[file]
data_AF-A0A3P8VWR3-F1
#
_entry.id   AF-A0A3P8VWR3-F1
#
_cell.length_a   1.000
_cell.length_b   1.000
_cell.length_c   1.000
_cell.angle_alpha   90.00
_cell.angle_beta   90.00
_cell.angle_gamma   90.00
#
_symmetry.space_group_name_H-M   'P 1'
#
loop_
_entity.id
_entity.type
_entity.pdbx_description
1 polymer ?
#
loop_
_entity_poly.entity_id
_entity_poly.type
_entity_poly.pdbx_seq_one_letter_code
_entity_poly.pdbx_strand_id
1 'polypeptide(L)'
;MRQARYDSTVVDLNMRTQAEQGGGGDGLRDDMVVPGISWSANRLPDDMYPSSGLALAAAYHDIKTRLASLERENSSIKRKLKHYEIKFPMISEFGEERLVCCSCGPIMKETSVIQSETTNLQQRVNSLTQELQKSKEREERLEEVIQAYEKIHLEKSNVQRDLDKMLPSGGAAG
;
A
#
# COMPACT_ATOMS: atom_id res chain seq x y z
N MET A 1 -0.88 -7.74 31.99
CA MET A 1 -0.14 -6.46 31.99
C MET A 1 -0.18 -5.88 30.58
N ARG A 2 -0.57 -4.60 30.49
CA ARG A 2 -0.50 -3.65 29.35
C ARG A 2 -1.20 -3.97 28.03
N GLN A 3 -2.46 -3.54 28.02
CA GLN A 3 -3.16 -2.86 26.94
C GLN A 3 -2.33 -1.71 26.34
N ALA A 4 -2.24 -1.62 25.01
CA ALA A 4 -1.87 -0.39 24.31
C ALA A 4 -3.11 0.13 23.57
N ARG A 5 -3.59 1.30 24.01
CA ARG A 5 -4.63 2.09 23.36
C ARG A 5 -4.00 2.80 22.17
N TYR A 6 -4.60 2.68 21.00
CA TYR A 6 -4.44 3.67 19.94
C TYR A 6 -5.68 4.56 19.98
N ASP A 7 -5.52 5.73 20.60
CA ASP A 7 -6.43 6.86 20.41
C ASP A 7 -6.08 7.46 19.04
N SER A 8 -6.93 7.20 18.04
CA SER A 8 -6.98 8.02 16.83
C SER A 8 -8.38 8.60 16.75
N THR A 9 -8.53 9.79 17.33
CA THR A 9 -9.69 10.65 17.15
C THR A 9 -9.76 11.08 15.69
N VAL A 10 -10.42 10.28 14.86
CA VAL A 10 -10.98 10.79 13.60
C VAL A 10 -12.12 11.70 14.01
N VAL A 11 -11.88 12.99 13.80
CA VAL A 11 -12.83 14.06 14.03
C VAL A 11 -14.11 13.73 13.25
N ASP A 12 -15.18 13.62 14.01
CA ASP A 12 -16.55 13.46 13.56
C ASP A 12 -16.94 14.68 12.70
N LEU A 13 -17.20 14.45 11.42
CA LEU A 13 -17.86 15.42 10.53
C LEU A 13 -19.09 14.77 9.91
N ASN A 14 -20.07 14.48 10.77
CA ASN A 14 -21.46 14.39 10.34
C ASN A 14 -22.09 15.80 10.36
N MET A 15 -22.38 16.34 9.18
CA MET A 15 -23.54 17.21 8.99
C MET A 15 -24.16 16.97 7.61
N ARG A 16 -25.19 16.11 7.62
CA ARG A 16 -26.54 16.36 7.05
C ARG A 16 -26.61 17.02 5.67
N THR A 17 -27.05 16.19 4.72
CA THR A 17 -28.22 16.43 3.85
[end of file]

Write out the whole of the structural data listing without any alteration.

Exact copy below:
data_AF-A0A3P8VWR3-F1
#
_entry.id   AF-A0A3P8VWR3-F1
#
_cell.length_a   1.000
_cell.length_b   1.000
_cell.length_c   1.000
_cell.angle_alpha   90.00
_cell.angle_beta   90.00
_cell.angle_gamma   90.00
#
_symmetry.space_group_name_H-M   'P 1'
#
loop_
_entity.id
_entity.type
_entity.pdbx_description
1 polymer ?
#
loop_
_entity_poly.entity_id
_entity_poly.type
_entity_poly.pdbx_seq_one_letter_code
_entity_poly.pdbx_strand_id
1 'polypeptide(L)'
;MRQARYDSTVVDLNMRTQAEQGGGGDGLRDDMVVPGISWSANRLPDDMYPSSGLALAAAYHDIKTRLASLERENSSIKRKLKHYEIKFPMISEFGEERLVCCSCGPIMKETSVIQSETTNLQQRVNSLTQELQKSKEREERLEEVIQAYEKIHLEKSNVQRDLDKMLPSGGAAG
;
A
#
# COMPACT_ATOMS: atom_id res chain seq x y z
N MET A 1 -0.88 -7.74 31.99
CA MET A 1 -0.14 -6.46 31.99
C MET A 1 -0.18 -5.88 30.58
N ARG A 2 -0.57 -4.60 30.49
CA ARG A 2 -0.50 -3.65 29.35
C ARG A 2 -1.20 -3.97 28.03
N GLN A 3 -2.46 -3.54 28.02
CA GLN A 3 -3.16 -2.86 26.94
C GLN A 3 -2.33 -1.71 26.34
N ALA A 4 -2.24 -1.62 25.01
CA ALA A 4 -1.87 -0.39 24.31
C ALA A 4 -3.11 0.13 23.57
N ARG A 5 -3.59 1.30 24.01
CA ARG A 5 -4.63 2.09 23.36
C ARG A 5 -4.00 2.80 22.17
N TYR A 6 -4.60 2.68 21.00
CA TYR A 6 -4.44 3.67 19.94
C TYR A 6 -5.68 4.56 19.98
N ASP A 7 -5.52 5.73 20.60
CA ASP A 7 -6.43 6.86 20.41
C ASP A 7 -6.08 7.46 19.04
N SER A 8 -6.93 7.20 18.04
CA SER A 8 -6.98 8.02 16.83
C SER A 8 -8.38 8.60 16.75
N THR A 9 -8.53 9.79 17.33
CA THR A 9 -9.69 10.65 17.15
C THR A 9 -9.76 11.08 15.69
N VAL A 10 -10.42 10.28 14.86
CA VAL A 10 -10.98 10.79 13.60
C VAL A 10 -12.12 11.70 14.01
N VAL A 11 -11.88 12.99 13.80
CA VAL A 11 -12.83 14.06 14.03
C VAL A 11 -14.11 13.73 13.25
N ASP A 12 -15.18 13.62 14.01
CA ASP A 12 -16.55 13.46 13.56
C ASP A 12 -16.94 14.68 12.70
N LEU A 13 -17.20 14.45 11.42
CA LEU A 13 -17.86 15.42 10.53
C LEU A 13 -19.09 14.77 9.91
N ASN A 14 -20.07 14.48 10.77
CA ASN A 14 -21.46 14.39 10.34
C ASN A 14 -22.09 15.80 10.36
N MET A 15 -22.38 16.34 9.18
CA MET A 15 -23.54 17.21 8.99
C MET A 15 -24.16 16.97 7.61
N ARG A 16 -25.19 16.11 7.62
CA ARG A 16 -26.54 16.36 7.05
C ARG A 16 -26.61 17.02 5.67
N THR A 17 -27.05 16.19 4.72
CA THR A 17 -28.22 16.43 3.85